FAQ: Chater reclamation - Central and Western
Answers from the LegCo Report of 22 Mar 1889
"The Praya Reclamation Ordinance, 1889" containing the necessary provisions for carrying out a great scheme of reclamation in front of the central and western portions of the Town of Victoria.
What was the project (now called the Chater reclamation)?
1. To build a cut-stone sea-wall in front of the present Praya and at an average distance from it of about 260 feet, along its whole length extending from the War Office property at the North Barracks to the Gas Works, a distance of some 3,400 yards, or nearly two miles.
2. To fill in with earth and stone the intervening space, comprising an area of some 56 acres, in such a manner that it shall be available for building purposes; and
3. To construct upon this reclaimed area the necessary streets with all requisite channels and sewers, a work which, besides a considerable number of cross-streets, will include a new Praya, 75 feet in width along the whole length of the new sea-wall, and the widening to 75 feet for a similar distance of the present Praya which will thus become an inland street.
How much would it cost?
The cost of all these works, the amount of which is estimated at somewhat more than $2,500,000,
Who would pay for it?
The owners of the marine frontage affected by the proposed reclamation, on the terms arranged in the correspondence which has been published, and now expressed in this Ordinance.
Was this a private or public project ?
since the maintenance of the new sea-wall when completed will be a charge on the public funds, it has been deemed necessary that its construction should be under the strict supervision of the Government.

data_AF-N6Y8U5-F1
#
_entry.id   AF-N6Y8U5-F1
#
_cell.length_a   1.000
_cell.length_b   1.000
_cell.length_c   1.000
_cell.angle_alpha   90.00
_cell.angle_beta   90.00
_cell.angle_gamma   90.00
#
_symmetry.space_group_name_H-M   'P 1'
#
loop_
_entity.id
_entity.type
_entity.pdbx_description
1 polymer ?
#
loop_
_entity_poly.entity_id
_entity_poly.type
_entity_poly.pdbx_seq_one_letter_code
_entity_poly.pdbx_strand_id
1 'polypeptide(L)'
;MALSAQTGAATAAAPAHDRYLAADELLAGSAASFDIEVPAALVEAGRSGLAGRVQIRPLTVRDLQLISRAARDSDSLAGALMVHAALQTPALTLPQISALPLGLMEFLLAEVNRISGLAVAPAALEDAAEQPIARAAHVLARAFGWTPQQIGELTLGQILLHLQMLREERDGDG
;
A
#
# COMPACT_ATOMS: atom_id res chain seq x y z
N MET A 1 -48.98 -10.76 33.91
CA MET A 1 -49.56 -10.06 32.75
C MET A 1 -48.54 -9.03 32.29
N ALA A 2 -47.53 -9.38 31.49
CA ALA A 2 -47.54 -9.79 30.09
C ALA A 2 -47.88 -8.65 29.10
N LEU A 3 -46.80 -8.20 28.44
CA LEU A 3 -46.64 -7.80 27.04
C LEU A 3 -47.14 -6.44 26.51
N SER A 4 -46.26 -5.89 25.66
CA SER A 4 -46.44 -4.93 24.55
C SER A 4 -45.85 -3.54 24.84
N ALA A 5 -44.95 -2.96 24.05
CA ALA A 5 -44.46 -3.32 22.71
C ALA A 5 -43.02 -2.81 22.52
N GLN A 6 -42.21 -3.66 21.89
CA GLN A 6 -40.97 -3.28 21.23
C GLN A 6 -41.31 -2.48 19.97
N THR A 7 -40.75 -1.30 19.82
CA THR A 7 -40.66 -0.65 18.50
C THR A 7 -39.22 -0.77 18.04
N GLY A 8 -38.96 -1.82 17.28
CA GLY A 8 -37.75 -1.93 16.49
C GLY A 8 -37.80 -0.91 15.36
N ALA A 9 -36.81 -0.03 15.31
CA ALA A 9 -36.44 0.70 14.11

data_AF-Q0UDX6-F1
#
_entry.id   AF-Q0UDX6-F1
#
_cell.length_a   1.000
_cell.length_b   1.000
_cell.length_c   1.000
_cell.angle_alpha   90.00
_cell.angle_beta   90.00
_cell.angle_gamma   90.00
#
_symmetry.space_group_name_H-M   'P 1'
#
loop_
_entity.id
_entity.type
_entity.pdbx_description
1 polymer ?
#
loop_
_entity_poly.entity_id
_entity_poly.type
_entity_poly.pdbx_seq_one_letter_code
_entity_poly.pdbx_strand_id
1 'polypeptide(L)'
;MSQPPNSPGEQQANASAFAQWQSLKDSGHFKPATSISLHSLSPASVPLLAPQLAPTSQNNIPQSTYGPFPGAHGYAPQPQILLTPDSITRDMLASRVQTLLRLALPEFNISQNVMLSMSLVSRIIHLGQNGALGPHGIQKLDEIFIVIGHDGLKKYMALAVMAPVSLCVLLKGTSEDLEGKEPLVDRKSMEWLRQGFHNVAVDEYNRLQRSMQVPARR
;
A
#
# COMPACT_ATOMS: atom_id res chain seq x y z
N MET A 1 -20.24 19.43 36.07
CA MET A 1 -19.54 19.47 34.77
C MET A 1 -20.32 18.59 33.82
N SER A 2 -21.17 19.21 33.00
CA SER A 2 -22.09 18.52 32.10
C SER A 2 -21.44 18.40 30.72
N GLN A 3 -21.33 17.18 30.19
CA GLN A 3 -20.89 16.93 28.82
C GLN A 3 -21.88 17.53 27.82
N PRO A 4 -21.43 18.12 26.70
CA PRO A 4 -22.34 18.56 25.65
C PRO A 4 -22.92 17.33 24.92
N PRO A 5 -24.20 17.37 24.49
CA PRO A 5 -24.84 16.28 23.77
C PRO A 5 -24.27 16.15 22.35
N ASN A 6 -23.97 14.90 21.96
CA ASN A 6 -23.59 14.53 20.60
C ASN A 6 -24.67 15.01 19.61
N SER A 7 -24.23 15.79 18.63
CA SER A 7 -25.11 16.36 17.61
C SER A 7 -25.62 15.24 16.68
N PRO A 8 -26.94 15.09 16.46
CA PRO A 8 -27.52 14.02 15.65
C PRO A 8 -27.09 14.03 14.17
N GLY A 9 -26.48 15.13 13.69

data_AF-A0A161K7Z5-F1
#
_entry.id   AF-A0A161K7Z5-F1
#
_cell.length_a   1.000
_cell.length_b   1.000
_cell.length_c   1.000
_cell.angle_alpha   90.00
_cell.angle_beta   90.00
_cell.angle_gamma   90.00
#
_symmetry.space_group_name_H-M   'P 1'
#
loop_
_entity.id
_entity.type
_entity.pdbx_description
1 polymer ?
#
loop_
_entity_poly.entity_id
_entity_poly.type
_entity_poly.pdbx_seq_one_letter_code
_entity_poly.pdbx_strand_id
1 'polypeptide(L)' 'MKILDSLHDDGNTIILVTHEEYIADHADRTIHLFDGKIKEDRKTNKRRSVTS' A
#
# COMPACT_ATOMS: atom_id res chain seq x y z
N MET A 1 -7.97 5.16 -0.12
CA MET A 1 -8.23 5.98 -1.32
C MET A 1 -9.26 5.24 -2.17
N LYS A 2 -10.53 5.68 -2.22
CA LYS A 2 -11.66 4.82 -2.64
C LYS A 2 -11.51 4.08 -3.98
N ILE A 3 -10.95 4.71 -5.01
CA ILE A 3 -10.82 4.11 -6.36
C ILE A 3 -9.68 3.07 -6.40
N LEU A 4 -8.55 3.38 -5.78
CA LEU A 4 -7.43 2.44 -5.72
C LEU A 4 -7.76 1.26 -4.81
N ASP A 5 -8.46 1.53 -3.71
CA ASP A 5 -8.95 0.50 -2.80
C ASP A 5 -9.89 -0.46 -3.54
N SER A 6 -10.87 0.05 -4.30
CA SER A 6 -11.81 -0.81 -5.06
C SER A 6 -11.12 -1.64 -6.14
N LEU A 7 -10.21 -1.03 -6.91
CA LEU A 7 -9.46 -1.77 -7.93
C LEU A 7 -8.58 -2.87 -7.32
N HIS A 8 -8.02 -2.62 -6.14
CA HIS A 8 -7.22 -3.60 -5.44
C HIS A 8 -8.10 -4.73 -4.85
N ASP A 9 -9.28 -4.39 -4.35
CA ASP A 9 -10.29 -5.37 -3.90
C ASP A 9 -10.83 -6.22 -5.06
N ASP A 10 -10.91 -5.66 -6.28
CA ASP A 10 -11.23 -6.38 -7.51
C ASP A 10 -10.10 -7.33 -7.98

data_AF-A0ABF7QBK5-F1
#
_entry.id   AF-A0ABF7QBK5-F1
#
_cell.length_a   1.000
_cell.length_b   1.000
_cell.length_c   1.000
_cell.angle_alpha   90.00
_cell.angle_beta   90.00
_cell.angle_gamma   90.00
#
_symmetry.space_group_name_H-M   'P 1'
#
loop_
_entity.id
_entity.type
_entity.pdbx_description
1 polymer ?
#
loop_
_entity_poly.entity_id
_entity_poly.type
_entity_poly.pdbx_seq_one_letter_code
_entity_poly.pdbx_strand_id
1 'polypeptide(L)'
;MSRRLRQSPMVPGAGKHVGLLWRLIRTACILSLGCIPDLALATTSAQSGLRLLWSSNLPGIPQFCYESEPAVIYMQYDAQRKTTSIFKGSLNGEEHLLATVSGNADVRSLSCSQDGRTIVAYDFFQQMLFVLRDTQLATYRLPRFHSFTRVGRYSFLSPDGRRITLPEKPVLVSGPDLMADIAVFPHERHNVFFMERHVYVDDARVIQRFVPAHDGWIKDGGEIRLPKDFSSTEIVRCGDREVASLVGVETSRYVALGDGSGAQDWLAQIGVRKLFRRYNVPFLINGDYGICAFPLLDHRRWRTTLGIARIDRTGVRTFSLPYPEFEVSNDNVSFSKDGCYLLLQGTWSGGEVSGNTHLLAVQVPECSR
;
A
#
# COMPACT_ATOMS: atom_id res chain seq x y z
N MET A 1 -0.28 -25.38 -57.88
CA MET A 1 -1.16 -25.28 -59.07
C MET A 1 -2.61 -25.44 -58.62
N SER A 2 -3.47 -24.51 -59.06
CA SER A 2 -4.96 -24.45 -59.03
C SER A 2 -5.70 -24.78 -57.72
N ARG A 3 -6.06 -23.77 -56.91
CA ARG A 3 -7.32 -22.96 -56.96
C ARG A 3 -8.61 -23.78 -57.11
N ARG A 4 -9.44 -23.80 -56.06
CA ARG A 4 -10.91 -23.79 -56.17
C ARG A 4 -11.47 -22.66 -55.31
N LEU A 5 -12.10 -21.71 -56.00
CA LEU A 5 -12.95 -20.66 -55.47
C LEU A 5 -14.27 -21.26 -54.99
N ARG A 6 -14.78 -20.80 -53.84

What were the legal issues for owners of seafront lots?
Though the owners of frontage-lots, are not in a position analogous to that of riparian proprietors, inasmuch as they have no immediate access to the sea (the foreshore having for many years been occupied by a wide public street), it is held that whatever may be their legal rights they have for various reasons, well understood here, a moral claim to compensation in respect of reclamations in front of their land.
Why were the frontage lot owners allowed profit from the reclamation ?
To avoid the endless litigation that would otherwise arise in respect of the complicated interests involved, it has been deemed right to come to terms with them, under which they will undertake the whole cost and risk of the work, and will receive in return a very large share of the profits,
Did the Governor agree?
No. The Governor was of opinion that this profit on the part of the lot-holders was unduly large; and that either they should pay a considerable sum by way of premium, or the Government should carry out the reclamation on its own account, paying equitable compensation for any injury to private rights.
Who overruled the Governor?
The Secretary of State however did not take this view, and has decided that in any case negotiations have gone too far to impose any such stipulation now;
the Secretary of State's decision on the scheme, which, whatever the gain of individuals, is fraught with unquestionably great advantages to the public. These are shortly as follows:―
(1.) The provision of some 32 acres of building sites, which, when covered with houses (as they are morally certain to be as soon as completed) will afford a substantial relief to the present congested condition of the Town of Victoria or at least will tend to prevent the still further overcrowding of that contiguous portion of the Town which already is probably more densely populated than any other equal space in the world.
(2.) The conversion into wholesome drained land of the present noxious foreshore, which is becoming year by year a more serious nuisance, and involving an ever increasing danger to the health of the community.
(3.) A great improvement in the Port, as regards the conditions of discharging cargoes, arising from the fact that vessels of large draught will be able to lie alongside the proposed sea- wall throughout its entire length, and thus save considerable sums in lighterage.
(4.) A large pecuniary gain to the Colonial Treasury consisting of,―
(a.) The profit from that portion of the reclamation to be undertaken by the Government in front of its own property; the land to be thus reclaimed being estimated at the value of $1,803,956, against an estimated cost of $362,369, showing a probable net profit of $1,441,587.